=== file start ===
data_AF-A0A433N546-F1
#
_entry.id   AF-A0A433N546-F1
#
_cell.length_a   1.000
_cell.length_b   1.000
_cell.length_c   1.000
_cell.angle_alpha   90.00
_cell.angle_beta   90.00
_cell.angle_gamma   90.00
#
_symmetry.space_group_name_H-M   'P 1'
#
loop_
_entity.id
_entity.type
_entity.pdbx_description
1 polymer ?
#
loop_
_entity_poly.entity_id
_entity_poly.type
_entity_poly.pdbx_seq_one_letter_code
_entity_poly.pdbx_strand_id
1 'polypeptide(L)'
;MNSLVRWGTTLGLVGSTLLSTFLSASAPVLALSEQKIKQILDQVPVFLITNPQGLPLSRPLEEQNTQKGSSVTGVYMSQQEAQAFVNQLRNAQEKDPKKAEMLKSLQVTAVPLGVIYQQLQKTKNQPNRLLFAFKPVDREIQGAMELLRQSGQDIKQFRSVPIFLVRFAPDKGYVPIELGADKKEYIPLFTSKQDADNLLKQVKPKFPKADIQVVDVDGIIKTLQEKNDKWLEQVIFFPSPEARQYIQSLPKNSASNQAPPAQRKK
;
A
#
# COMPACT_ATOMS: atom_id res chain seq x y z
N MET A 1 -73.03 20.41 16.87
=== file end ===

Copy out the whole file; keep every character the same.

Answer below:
data_AF-A0A433N546-F1
#
_entry.id   AF-A0A433N546-F1
#
_cell.length_a   1.000
_cell.length_b   1.000
_cell.length_c   1.000
_cell.angle_alpha   90.00
_cell.angle_beta   90.00
_cell.angle_gamma   90.00
#
_symmetry.space_group_name_H-M   'P 1'
#
loop_
_entity.id
_entity.type
_entity.pdbx_description
1 polymer ?
#
loop_
_entity_poly.entity_id
_entity_poly.type
_entity_poly.pdbx_seq_one_letter_code
_entity_poly.pdbx_strand_id
1 'polypeptide(L)'
;MNSLVRWGTTLGLVGSTLLSTFLSASAPVLALSEQKIKQILDQVPVFLITNPQGLPLSRPLEEQNTQKGSSVTGVYMSQQEAQAFVNQLRNAQEKDPKKAEMLKSLQVTAVPLGVIYQQLQKTKNQPNRLLFAFKPVDREIQGAMELLRQSGQDIKQFRSVPIFLVRFAPDKGYVPIELGADKKEYIPLFTSKQDADNLLKQVKPKFPKADIQVVDVDGIIKTLQEKNDKWLEQVIFFPSPEARQYIQSLPKNSASNQAPPAQRKK
;
A
#
# COMPACT_ATOMS: atom_id res chain seq x y z
N MET A 1 -73.03 20.41 16.87